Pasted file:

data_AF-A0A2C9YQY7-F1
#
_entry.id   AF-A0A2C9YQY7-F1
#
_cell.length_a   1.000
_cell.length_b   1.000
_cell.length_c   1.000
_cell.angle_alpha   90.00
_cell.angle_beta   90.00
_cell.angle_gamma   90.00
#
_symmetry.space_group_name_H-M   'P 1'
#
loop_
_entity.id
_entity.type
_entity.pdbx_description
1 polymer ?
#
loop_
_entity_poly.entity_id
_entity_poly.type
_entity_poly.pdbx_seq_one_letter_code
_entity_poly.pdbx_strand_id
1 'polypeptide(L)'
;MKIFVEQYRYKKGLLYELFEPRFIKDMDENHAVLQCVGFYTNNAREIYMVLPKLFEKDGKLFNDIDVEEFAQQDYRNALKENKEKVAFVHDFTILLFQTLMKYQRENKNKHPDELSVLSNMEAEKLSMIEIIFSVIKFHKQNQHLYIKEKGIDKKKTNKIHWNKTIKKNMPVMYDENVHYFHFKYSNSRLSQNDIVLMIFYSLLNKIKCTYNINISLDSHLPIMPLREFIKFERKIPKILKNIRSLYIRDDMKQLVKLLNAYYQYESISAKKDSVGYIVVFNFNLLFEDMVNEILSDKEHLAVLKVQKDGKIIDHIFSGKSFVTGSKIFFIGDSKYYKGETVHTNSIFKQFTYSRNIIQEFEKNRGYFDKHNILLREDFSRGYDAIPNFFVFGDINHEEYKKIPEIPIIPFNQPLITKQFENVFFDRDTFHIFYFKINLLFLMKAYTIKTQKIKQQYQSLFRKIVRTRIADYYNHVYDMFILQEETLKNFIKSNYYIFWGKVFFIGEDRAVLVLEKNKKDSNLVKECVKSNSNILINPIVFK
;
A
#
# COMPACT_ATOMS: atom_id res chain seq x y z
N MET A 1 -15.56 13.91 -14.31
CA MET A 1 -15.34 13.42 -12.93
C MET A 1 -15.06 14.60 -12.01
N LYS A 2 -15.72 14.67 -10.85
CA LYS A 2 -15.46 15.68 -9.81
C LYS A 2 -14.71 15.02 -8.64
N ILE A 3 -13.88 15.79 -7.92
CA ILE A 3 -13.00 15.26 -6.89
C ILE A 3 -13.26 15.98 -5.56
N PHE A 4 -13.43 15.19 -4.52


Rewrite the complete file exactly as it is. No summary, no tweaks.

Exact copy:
data_AF-A0A2C9YQY7-F1
#
_entry.id   AF-A0A2C9YQY7-F1
#
_cell.length_a   1.000
_cell.length_b   1.000
_cell.length_c   1.000
_cell.angle_alpha   90.00
_cell.angle_beta   90.00
_cell.angle_gamma   90.00
#
_symmetry.space_group_name_H-M   'P 1'
#
loop_
_entity.id
_entity.type
_entity.pdbx_description
1 polymer ?
#
loop_
_entity_poly.entity_id
_entity_poly.type
_entity_poly.pdbx_seq_one_letter_code
_entity_poly.pdbx_strand_id
1 'polypeptide(L)'
;MKIFVEQYRYKKGLLYELFEPRFIKDMDENHAVLQCVGFYTNNAREIYMVLPKLFEKDGKLFNDIDVEEFAQQDYRNALKENKEKVAFVHDFTILLFQTLMKYQRENKNKHPDELSVLSNMEAEKLSMIEIIFSVIKFHKQNQHLYIKEKGIDKKKTNKIHWNKTIKKNMPVMYDENVHYFHFKYSNSRLSQNDIVLMIFYSLLNKIKCTYNINISLDSHLPIMPLREFIKFERKIPKILKNIRSLYIRDDMKQLVKLLNAYYQYESISAKKDSVGYIVVFNFNLLFEDMVNEILSDKEHLAVLKVQKDGKIIDHIFSGKSFVTGSKIFFIGDSKYYKGETVHTNSIFKQFTYSRNIIQEFEKNRGYFDKHNILLREDFSRGYDAIPNFFVFGDINHEEYKKIPEIPIIPFNQPLITKQFENVFFDRDTFHIFYFKINLLFLMKAYTIKTQKIKQQYQSLFRKIVRTRIADYYNHVYDMFILQEETLKNFIKSNYYIFWGKVFFIGEDRAVLVLEKNKKDSNLVKECVKSNSNILINPIVFK
;
A
#
# COMPACT_ATOMS: atom_id res chain seq x y z
N MET A 1 -15.56 13.91 -14.31
CA MET A 1 -15.34 13.42 -12.93
C MET A 1 -15.06 14.60 -12.01
N LYS A 2 -15.72 14.67 -10.85
CA LYS A 2 -15.46 15.68 -9.81
C LYS A 2 -14.71 15.02 -8.64
N ILE A 3 -13.88 15.79 -7.92
CA ILE A 3 -13.00 15.26 -6.89
C ILE A 3 -13.26 15.98 -5.56
N PHE A 4 -13.43 15.19 -4.52